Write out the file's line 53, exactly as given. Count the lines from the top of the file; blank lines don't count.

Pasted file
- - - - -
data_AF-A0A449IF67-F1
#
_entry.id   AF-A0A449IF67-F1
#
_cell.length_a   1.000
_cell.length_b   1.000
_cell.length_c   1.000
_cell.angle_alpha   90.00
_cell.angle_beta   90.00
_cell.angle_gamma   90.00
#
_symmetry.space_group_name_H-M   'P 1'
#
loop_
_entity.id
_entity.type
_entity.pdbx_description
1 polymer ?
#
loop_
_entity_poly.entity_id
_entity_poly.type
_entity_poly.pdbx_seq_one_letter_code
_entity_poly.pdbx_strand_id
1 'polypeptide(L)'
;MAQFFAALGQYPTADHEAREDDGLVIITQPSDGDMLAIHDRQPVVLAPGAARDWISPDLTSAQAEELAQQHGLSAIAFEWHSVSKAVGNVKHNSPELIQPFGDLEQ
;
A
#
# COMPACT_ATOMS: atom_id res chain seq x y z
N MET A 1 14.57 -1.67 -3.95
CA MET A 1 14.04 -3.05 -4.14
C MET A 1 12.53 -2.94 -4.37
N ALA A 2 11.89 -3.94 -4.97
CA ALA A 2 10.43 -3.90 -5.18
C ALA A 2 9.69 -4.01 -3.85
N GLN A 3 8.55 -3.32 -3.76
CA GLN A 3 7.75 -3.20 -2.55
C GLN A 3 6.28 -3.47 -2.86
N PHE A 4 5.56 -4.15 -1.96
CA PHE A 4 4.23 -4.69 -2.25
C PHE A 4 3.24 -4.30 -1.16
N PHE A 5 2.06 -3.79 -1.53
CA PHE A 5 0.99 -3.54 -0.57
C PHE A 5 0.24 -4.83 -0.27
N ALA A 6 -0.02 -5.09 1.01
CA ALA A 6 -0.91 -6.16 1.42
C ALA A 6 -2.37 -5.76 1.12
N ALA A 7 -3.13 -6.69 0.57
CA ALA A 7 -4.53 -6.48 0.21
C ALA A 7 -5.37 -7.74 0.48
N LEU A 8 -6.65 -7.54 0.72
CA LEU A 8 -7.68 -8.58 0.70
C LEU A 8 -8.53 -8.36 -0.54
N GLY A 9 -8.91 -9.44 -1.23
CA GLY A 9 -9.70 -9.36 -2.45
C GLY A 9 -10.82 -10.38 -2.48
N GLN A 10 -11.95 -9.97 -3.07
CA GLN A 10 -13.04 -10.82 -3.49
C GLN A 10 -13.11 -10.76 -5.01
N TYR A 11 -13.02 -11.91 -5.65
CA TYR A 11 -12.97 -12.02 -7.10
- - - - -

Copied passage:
CA LEU A 8 -7.68 -8.58 0.70